anticoagulant

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anticoagulant

(ăn'tēkōăg`yələnt), any of several substances that inhibit blood clot formation (see blood clottingblood clotting,
process by which the blood coagulates to form solid masses, or clots. In minor injuries, small oval bodies called platelets, or thrombocytes, tend to collect and form plugs in blood vessel openings.
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). Some anticoagulants, such as the coumarin derivatives bishydroxycoumarin (Dicumarol) and warfarin (Coumadin) inhibit synthesis of prothrombin, a clot-forming substance, and other clotting factors. The coumarin derivatives compete with vitamin K, which is a necessary substance in prothrombin formation (see vitaminvitamin,
group of organic substances that are required in the diet of humans and animals for normal growth, maintenance of life, and normal reproduction. Vitamins act as catalysts; very often either the vitamins themselves are coenzymes, or they form integral parts of coenzymes.
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). They are only effective after the body's existing supply of prothrombin is depleted. Another anticoagulant, heparin, is a polysaccharide (see carbohydratecarbohydrate,
any member of a large class of chemical compounds that includes sugars, starches, cellulose, and related compounds. These compounds are produced naturally by green plants from carbon dioxide and water (see photosynthesis).
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) found naturally in many cells. It acts in several ways: by preventing prothrombin formation; by preventing formation of fibrin, another clotting substance; and by decreasing the availability of a third clotting factor, thrombin. Heparin is obtained by extracting it from animal tissues. Anticoagulants are used to treat blood clots, which appear especially frequently in veins of the legs and pelvis in bedridden patients. Therapy helps to reduce the risk of clots reaching the lung, heart, or other organs. Heparin causes an instantaneous increase in blood-clotting time, and its effect lasts several hours.

anticoagulant

[¦an·tē‚kō′ag·yə·lənt]
(pharmacology)
An agent, such as sodium citrate, that prevents coagulation of a colloid, especially blood.

anticoagulant

1. acting to prevent or impair coagulation, esp of blood
2. an agent, such as warfarin, that prevents or impairs coagulation
References in periodicals archive ?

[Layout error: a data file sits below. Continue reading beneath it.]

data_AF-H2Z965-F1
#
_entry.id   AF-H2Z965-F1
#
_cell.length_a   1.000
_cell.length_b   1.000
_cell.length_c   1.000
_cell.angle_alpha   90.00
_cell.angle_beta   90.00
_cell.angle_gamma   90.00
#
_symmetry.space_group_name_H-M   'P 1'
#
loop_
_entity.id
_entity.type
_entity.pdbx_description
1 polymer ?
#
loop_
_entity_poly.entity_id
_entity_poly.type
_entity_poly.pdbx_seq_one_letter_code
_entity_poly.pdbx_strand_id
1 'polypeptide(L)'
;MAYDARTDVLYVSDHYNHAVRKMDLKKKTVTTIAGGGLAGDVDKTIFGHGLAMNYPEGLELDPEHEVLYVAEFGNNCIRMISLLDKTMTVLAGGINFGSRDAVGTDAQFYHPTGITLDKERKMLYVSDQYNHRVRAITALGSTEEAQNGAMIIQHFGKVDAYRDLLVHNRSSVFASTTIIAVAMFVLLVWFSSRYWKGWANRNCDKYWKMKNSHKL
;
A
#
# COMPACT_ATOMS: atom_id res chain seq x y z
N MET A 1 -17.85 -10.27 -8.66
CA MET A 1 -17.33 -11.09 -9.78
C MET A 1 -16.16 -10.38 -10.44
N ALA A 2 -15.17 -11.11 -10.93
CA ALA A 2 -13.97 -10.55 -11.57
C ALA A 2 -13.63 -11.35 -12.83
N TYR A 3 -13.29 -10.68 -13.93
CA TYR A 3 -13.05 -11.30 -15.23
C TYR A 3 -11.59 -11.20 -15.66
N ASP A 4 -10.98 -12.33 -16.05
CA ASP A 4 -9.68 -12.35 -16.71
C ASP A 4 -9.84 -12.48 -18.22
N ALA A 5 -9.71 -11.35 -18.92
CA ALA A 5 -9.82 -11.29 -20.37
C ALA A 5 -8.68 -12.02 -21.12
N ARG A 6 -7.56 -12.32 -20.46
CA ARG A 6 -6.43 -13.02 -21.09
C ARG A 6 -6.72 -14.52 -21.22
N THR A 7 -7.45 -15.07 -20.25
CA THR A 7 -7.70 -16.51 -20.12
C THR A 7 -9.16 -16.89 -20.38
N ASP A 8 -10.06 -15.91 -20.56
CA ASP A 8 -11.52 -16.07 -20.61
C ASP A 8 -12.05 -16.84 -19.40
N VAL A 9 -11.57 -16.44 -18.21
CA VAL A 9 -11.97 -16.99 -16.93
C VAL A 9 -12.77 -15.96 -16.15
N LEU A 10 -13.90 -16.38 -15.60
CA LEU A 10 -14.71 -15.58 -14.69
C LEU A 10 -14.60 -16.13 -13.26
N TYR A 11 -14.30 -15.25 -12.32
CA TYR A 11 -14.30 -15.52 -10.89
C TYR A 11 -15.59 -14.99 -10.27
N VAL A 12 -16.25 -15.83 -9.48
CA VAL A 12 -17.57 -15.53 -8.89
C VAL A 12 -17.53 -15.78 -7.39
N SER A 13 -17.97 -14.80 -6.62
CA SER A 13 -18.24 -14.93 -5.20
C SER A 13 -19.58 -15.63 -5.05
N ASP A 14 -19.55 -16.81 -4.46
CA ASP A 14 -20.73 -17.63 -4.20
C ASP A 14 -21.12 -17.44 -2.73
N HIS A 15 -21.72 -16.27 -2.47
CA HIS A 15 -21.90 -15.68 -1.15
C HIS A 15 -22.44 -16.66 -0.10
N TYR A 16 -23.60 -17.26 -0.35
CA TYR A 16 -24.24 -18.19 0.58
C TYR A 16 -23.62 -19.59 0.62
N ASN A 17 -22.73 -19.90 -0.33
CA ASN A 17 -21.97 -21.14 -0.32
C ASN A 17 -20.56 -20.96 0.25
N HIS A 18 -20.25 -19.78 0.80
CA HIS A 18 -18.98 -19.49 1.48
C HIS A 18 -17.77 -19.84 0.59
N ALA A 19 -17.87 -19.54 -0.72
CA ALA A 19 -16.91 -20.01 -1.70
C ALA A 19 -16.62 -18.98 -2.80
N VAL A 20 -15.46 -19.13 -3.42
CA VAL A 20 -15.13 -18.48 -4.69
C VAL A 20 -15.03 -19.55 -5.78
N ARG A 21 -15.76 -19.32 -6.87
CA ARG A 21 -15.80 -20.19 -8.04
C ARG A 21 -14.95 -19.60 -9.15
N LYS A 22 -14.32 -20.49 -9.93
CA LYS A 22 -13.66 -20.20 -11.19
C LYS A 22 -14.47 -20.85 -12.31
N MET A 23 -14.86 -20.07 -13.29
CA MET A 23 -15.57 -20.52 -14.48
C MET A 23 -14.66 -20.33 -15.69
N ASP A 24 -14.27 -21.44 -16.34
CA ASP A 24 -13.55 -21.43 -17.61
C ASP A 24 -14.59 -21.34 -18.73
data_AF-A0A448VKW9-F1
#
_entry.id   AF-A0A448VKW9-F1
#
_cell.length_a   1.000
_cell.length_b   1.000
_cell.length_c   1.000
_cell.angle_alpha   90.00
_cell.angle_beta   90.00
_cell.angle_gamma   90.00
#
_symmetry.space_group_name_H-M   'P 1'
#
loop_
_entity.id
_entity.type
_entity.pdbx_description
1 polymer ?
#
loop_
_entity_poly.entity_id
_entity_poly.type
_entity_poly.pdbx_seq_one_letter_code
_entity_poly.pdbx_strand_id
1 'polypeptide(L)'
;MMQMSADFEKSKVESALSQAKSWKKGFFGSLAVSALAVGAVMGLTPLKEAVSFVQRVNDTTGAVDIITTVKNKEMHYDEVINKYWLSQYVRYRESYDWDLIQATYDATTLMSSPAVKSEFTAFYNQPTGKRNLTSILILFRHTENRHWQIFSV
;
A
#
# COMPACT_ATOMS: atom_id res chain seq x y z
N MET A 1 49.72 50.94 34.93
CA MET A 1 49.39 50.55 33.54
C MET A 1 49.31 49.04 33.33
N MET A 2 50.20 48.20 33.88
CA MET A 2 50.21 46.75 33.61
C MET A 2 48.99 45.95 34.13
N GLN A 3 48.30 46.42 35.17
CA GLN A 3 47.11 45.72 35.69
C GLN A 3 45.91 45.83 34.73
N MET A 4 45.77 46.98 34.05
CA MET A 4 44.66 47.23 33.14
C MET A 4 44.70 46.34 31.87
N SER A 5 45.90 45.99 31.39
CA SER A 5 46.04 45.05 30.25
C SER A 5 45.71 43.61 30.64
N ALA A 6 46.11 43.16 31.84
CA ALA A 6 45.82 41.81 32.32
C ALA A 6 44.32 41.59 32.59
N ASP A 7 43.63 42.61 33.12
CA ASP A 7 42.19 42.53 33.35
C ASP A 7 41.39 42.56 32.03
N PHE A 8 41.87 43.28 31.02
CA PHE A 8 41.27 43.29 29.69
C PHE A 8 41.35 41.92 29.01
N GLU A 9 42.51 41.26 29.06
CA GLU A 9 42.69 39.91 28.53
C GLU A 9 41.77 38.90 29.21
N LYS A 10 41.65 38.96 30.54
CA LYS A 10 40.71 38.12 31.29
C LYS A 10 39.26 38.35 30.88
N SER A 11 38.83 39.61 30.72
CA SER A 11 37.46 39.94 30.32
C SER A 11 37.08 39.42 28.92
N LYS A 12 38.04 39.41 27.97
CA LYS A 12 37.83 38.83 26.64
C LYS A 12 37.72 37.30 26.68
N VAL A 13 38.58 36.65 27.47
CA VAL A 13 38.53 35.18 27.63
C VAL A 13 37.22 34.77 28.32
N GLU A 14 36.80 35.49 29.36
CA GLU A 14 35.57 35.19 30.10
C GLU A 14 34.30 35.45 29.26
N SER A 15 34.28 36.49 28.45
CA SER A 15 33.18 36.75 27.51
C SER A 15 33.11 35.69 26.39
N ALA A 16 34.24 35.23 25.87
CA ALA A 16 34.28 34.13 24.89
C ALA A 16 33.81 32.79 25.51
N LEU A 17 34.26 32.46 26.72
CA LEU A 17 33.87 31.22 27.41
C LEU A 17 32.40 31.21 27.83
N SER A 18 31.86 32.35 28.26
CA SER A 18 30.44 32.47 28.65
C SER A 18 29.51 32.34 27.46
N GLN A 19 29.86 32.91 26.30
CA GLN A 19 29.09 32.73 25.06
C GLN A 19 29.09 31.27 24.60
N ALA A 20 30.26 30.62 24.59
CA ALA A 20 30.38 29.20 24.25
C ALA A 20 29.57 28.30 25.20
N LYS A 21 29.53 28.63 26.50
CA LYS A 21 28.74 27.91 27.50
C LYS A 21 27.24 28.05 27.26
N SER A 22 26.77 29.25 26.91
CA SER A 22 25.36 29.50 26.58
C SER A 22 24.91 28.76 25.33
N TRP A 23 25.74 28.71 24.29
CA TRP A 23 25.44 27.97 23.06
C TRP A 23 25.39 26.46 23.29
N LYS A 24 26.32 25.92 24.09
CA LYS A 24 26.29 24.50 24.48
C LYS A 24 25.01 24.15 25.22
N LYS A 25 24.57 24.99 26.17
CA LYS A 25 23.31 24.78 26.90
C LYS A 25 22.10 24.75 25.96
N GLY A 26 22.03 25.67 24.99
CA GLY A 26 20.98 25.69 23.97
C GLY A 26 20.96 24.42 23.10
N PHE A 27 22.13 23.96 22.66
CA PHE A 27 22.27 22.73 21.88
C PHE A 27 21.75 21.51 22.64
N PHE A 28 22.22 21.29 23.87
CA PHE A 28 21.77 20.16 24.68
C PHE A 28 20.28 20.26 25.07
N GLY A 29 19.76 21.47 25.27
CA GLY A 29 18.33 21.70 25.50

Friberg noted, "Doctors should not tell their patients to stop using oral anti-coagulants without a really good reason.
When performing bioanalytical test procedures, it is important to choose wisely when considering parameters such as the sampling tubes, anti-coagulant used, the test conditions, the sample processing times prior to the test, and the sample processing and test methods used.
People metabolize warfarin at different rates, making it necessary to repeatedly check a patient's clotting ability to reduce the risk of excessive bleeding while maintaining an effective anti-coagulant level.
Methods: The retrospective study was conducted at Istanbul Hisar International Hosptial and comprised 63 male patients who were on anti-coagulant therapy for comorbidities and who underwent prostate vapourisation for benign prostate hyperplasia with 120 Watts potassium titanyl phosphate from November 2007 to December 2010.
In a preliminary hearing, Charlotte Jones, on behalf of the trust, had told the court that a "deliberate decision" had been made not to give Mrs Harrison fast acting anti-coagulants, as there was a risk of internal bleeding in her heart which could have had fatal consequences with a very rapid onset.
They review efforts to coat implant material with biological anti-coagulants such as heparin, or anti-fouling molecules like polyethylene oxide.
I had a stiff calf and it got progressively worse," said Flintoff, who is on a course of anti-coagulants and will be on crutches for a minimum of one more month.
Certain coloured ingredients are associated with health benefits, such as black and purple foods said to be rich in anti-coagulants," said Mintel consultant Carla Ogeia.
However, some people can't take anti-coagulants for prolonged periods, so they are better off receiving the bare metal stents," Dr.
Anti-coagulants were used on 65 women during the second trimester (61 on an oral agent and 4 on heparin), and 60 received an anticoagulant during the third trimester (57 on an oral agent and 3 on heparin).
It may interact with anti-inflammatory drugs, corticosteriods, beta-blockers, antipsychotics, anti-coagulants and drugs to control epilepsy.
The plasma, fortified with anti-coagulants and antibiotics, was poured into a mould for freezing in a custom-built fridge.